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Traffic figures for November 2012, released
by the International Air Transport Association
(IATA) in January, showed strengthening
demand on both the passenger and cargo
sides of the business, reinforcing industry hopes of
a return to growth in 2013.
Travel demand rose 4.6 percent compared with
November 2011, accelerating from the October
growth rate of 2.9 percent. Air freight volumes gained
1.6 percent over the same period, after falling 2.6
percent in October, year-on-year. Passenger capacity
rose 3.2 percent, while load factors improved one
percentage point to 77.3 percent compared to the
"November brought some positive signs for air
transport demand -- particularly for air cargo,"
says Tony Tyler, IATA's director general and CEO.
"It is premature to consider this a turning point for
air-cargo markets in terms of bouncing back and
regaining lost ground. But, when coupled with
positive economic developments in the US and
an improvement in business confidence in recent
months, the conditions are aligning to see a return
to growth in 2013. In 2013 we expect that cargo
volumes will grow 1.4 percent, and passenger traffic
will increase by 4.5 percent worldwide."
"Passenger markets have held up better than cargo
in the face of adverse economic conditions," Tyler
says. "But the current level of air travel is just 2 percent
higher than at the start of 2012. This is considerably
weaker than the long-term average growth rate."
Compared with October, November passenger
traffic grew 0.6 percent, with most of the growth
coming from domestic markets, particularly China.
November air freight volumes increased 2.4 percent
from October, reflecting a shift in seasonal shopping
to online retailers, which depend heavily on air cargo.
The increase also shows improved consumer
confidence in the US. Seasonally-adjusted air freight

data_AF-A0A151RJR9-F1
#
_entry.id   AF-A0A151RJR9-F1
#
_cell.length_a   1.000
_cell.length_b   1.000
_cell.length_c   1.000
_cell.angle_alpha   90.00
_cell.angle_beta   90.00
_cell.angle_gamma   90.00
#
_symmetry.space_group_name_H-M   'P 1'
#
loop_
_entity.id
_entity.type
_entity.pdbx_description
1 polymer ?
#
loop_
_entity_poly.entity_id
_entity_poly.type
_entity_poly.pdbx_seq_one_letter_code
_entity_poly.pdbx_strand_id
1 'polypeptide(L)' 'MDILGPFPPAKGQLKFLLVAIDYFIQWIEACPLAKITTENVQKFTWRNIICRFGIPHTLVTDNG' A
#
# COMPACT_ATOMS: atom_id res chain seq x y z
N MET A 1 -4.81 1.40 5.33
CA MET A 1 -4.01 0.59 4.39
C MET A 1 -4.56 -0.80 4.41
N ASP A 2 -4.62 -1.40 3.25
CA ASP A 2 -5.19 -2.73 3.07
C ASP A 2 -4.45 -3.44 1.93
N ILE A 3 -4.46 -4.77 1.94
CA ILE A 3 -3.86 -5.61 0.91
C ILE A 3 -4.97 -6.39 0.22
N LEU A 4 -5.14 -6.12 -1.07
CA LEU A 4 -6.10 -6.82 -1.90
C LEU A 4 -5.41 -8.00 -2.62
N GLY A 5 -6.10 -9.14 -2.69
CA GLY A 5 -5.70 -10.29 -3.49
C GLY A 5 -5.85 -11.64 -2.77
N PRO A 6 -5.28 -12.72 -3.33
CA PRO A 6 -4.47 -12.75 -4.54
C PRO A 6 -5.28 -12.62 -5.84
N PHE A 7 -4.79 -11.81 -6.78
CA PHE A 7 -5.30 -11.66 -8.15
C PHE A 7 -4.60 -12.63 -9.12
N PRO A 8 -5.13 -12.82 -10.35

volumes have now risen back to mid-2012 levels,
after declining in the third quarter.
International passenger demand in November grew
5.6 percent compared with the same month a year
earlier. However, the month-on-month increase was
only 0.2 percent, indicating that year-on-year growth
was more likely owing to depressed demand a year
ago. Nevertheless, emerging markets especially
continued to perform well, and capacity increased
3.1 percent year-on-year. Average load factor rose
1.8 percentage points to 76.3 percent.
Asia-Pacific airlines experienced the strongest
growth among the major regions, with demand up
6.2 percent year-on-year, on a capacity increase
of 2.5 percent. Some of this growth, however,
probably reflected depressed results in 2011 owing
to flooding in Thailand.
Load factor surged 2.6 percentage points to 75.7
On the cargo side, global markets rebounded
strongly in November, expanding by 1.6 percent
after a 2.6 percent year-on-year decline in October.
Although some of this increase reflects the impact
of the Thai floods a year earlier, the month-on-month
increase of 2.4 percent "is a positive sign", IATA says.
Asia-Pacific airlines were responsible for almost
half the gain in total volumes from October. The
2.4 percent month-on-month volume increase for
the region contrasted with a 1.5 percent drop in
November 2011. Freight capacity fell 2.8 percent
over the period.
Tra c gains in November -- particularly on the cargo side -- o er hope
for a rebound in demand this year, writes Andrzej Jeziorski.
Cargo demand rose 1.6 percent year-on-year in November, reversing a 2.6 percent drop the previous month.
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